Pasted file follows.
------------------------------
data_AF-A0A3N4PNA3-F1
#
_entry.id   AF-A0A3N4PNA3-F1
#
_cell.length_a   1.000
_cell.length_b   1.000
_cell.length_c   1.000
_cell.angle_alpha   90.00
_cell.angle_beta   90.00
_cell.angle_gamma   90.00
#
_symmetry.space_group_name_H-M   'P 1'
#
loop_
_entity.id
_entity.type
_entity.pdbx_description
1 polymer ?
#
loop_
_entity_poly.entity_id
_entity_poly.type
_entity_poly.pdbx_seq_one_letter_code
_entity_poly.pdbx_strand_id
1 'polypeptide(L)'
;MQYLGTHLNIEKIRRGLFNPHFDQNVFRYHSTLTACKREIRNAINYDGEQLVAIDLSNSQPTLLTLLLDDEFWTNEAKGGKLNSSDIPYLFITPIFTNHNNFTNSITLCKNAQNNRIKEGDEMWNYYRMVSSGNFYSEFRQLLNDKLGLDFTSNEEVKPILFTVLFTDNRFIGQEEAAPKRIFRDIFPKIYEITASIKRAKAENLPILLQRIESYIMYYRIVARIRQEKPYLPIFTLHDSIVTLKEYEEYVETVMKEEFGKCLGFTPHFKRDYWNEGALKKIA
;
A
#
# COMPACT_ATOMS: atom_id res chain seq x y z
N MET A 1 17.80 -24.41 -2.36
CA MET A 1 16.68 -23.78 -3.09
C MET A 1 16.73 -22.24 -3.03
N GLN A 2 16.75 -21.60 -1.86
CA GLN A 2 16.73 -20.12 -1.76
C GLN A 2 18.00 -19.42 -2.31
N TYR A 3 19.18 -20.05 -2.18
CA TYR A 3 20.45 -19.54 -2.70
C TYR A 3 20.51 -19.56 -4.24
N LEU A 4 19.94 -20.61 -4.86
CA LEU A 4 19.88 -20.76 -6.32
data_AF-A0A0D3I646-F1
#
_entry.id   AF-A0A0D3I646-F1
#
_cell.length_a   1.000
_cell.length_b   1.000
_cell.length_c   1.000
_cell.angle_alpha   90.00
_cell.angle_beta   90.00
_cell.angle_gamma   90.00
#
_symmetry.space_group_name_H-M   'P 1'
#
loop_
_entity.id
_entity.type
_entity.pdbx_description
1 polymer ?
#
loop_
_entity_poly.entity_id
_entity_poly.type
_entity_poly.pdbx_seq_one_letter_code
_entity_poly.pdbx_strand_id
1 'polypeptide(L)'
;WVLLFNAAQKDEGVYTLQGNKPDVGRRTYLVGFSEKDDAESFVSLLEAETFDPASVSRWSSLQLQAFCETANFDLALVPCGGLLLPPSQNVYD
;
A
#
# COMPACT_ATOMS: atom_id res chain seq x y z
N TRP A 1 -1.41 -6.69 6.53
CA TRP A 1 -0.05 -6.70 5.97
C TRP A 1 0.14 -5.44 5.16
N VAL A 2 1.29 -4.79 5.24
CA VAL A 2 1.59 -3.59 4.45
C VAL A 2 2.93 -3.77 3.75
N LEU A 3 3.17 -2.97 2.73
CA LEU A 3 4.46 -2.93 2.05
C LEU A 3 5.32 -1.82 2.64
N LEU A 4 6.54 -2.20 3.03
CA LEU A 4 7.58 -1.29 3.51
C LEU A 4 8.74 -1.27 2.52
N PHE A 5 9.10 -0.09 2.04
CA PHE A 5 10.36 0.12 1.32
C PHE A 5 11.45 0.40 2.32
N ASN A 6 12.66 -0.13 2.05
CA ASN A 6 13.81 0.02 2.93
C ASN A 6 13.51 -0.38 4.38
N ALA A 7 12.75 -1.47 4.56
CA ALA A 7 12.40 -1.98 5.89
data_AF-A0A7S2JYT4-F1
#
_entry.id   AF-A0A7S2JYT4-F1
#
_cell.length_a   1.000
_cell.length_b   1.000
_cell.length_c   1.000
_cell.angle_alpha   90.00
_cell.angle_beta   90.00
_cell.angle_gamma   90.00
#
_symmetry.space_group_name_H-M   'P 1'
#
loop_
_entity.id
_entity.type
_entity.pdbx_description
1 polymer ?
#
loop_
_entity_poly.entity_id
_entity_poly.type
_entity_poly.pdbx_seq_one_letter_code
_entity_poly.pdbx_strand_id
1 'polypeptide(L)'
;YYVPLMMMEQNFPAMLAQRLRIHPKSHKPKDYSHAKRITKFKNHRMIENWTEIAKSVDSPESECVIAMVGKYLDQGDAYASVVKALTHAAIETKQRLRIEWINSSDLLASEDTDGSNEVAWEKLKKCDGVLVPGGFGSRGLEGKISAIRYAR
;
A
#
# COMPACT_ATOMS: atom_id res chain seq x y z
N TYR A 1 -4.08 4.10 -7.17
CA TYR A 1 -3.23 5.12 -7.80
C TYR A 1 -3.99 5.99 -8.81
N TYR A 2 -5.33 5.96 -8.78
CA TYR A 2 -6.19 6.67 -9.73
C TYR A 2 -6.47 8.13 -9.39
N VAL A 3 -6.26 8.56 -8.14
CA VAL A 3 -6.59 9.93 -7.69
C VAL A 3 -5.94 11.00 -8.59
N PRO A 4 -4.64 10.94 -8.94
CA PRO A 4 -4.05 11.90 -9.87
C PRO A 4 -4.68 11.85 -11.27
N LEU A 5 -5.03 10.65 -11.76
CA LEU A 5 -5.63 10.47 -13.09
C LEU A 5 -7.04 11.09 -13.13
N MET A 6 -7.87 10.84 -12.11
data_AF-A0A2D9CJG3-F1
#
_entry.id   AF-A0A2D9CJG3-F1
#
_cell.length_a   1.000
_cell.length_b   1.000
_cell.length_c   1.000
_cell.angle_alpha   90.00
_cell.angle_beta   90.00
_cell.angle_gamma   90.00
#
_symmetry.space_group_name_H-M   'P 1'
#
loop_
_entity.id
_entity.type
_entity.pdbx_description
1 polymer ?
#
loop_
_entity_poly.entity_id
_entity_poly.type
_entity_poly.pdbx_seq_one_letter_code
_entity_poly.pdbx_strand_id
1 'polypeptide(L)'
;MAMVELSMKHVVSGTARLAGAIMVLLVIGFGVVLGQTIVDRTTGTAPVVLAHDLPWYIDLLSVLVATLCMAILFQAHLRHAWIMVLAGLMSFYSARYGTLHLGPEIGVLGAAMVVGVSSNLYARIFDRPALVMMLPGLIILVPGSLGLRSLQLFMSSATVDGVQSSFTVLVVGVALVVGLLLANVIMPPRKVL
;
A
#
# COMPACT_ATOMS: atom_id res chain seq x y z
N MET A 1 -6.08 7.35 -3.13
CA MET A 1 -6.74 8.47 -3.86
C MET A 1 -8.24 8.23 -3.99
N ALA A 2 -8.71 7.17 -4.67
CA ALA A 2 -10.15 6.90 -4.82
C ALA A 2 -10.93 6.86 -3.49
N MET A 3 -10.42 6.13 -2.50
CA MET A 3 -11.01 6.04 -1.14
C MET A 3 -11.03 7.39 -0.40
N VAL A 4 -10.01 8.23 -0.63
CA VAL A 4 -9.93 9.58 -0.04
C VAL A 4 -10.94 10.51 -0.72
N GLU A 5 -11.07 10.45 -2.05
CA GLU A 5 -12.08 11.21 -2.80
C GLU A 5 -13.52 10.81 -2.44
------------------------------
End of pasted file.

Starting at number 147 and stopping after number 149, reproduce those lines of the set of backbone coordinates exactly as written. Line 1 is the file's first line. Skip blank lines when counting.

_cell.angle_gamma   90.00
#
_symmetry.space_group_name_H-M   'P 1'